He felt a gentle hand on his left shoulder and a whisper, “Josh, its OK…” He could not open his mouth, only glance quickly enough to see Megan’s running eye shadow, and the first look of tenderness she had showed him in years, which turned into revulsion when she realized her brother was not sobbing, but imploding with hilarity. She twisted away from the kneeler in disgust.
Joshua crossed himself and started for the door. I have to get out of here. Mom and Dad were about to take their place at the kneeler. Mom whispered, “Bob, where’s our flowers?”
He pushed through the door and onto the wrap-around porch of the funeral home and sucked in the summer night air. Damn it! God, why did you make me such an idiot! He kicked the wall a couple of times and leaned his head against it, listening to the crickets. In the quiet, he heard someone sniffing around the corner, and felt an old familiar wave of guilt. After almost a quarter-century of pulling her pigtails, teasing her boyfriends and breaking her clavicles, Joshua could recognize those sniffs anywhere. Megan always liked to weep standing, hugging herself, tears crying out to heaven for vengeance: Look what Josh hath done! He felt tired. Go back inside, Josh, he told himself. This one is not your fault. You’re not twelve and nine anymore. Leave her to whatever is bothering her.
Instead he took a breath and stepped around the corner into whatever ambush she was preparing. She was waiting as he had imagined her: fists balled, shoulders squared, accusing eyes.
“You ass! You asinine… ass!”
Joshua shrugged; nothing he could argue with there. He stuck his hands in his pockets and looked out into the night. “So… what’s eating you?”
Megan threw up her hands: “Oh I don’t know, I must be insane, I’m crying at a goddamn funeral!” He felt a headache coming on, and rubbed his eyes. “I mean it’s sad.” She gestured widely at the building, “his life… his everything. The way he wasted…” He sincerely tried, and failed, not to give her a blank look. “Don’t you get it?” She demanded.
“No.” Why lie?
“You wouldn’t!” She raised her fist. “You’re not twenty-four,” a whack on the shoulder, “and still living at home!” another whack.
She went back to sniffing. Joshua had not moved. He listened to the traffic and crickets a little, and then thought of a peace offering. “You want a tissue? Only had two owners.”
“Oh for Christ’s sake, Joshua.” She spurted a little laugh.
“Joshua?” It was Mom, sticking her head around the corner. “Josh, there you are. It’s time for the rosary and Aunt Catherine wants you to lead it. Hurry up inside.”
“Ok, I’m coming.”
“Megan, what on earth are you crying about?”
“Nothing, Mom! I’m just crazy, I guess.”
The rest of the wake was merrily uneventful, and word got around that there was a good hotel bar about fifteen minutes down the road. There Joshua chatted long enough to be polite with his male cousins, who every year complained less about the Giants and the Mets and more about turnpikes, daycare costs, financial planners and other things Joshua could not relate to. His world was teaching eighth-graders how to make a good confession and hit a split-fingered fastball. He wandered off to listen to the stories. Grandma O’Toole and Aunt Catherine were telling the classic tale of the trip they took to Ireland with their husbands, and the hard lessons they learned there: that the real Irish are incorrigibly dishonest, and why you should Never Kiss the Blarney Stone.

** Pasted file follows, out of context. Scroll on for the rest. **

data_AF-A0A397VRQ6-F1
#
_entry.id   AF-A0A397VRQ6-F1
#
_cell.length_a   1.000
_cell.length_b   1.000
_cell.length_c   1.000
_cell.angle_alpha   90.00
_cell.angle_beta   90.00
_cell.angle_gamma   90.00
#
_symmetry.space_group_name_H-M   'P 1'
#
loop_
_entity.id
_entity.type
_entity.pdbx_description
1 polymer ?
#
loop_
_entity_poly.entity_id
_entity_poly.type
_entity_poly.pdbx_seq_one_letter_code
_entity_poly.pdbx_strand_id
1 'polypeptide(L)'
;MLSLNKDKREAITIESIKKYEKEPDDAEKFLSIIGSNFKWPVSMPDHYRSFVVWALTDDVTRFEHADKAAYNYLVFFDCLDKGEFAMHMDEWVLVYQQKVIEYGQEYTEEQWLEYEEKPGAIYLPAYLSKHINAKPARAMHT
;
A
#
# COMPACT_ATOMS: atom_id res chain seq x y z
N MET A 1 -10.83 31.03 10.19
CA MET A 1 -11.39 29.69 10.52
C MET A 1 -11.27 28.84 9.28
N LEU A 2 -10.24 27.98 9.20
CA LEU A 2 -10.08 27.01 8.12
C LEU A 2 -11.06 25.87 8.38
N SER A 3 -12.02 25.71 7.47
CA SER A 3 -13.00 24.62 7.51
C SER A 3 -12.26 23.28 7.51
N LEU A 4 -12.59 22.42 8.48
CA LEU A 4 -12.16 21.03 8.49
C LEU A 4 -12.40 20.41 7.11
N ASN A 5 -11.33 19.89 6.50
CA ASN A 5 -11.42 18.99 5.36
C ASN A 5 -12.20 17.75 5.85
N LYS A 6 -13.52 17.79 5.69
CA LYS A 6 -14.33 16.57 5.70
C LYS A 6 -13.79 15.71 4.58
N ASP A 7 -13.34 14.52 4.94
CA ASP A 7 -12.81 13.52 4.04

Then Angela started telling about the trips to Indiana for the monthly visit to Joshua when he was nineteen and just starting out in the novitiate, with Mom nagging the girls: “Marie! No! Your skirt is too short. Below the knees! Meg, for crying out loud what are you thinking with all that make up, go wash your face right this… Angela! Spaghetti straps? For God’s sake these are seminarians! Sem-in-arians!” And how for revenge the girls opened the big chest in the attic and pulled out overalls, paisley blouses, Wicked Witch of the West stockings, grandma shawls and all things hideous. For Joshua it brought back the smell of mothballs, and the other novices’ double takes and smirks and their asking, “So, Br Josh, is it always Halloween at your house?” Angela liked to tell the story and did a good Mom impersonation. He imagined her telling it to her grandkids at his funeral.
Back at Grandma’s house, around two in the morning, Joshua sat heavily on the couch. As he lay down for the night he said a prayer for Uncle Al, and another for Megan, who had been strangely nice to him the rest of the night and insisted on giving him a hug before she went up to bed. He hoped she figured out what to do with herself.
Tomorrow would be morning prayers, then Mass, burial, and lunch before catching the flight to Cincinnati. He would spend the night in Ohio with Mom and Dad, then the drive alone to Indiana, to his prayers, the new school year, the rest of his life, eventual death, and eternal reward.
When he was a very small boy, Mom explained that going to heaven would feel just like coming home. He did not let on at the time, but the idea stuck with him, sank roots, and intertwined with memories of weekends in Kentucky with Dad, of being bounced awake after the long drive as the pickup pulled off the paved road and onto the dirt one, and looking up to see the afternoon sun filtering down through the foliage passing overhead. Off to the right glittered the waters of the creek, where there would be catfish and a rope swing.
As they bumped around the bend in the road, the cabin in which his grandfather had been born came into view. Smoke rose from the blackened chimney, and he knew that Grandma Campbell, whom he only knew from old photos, was inside frying chicken on the cast-iron stove. On the porch sat Grandpa and Jesus Christ, smoking corncob pipes. Grandpa was out of focus – overalls, potbelly, and a puff of smoke – but Jesus was sharp and unmistakable in his white robes, getting up and starting down the steps to welcome the newcomers.
Somewhere close by, the O’Tooles were having an Irish funeral in reverse, sprouting up like heads of cabbage in three-piece-suits and lace gowns, giving hugs and kisses. Someone broke out a bottle of Jameson smuggled from the other side, and the men were slapping Uncle Al on the back, asking him how the hell he got there.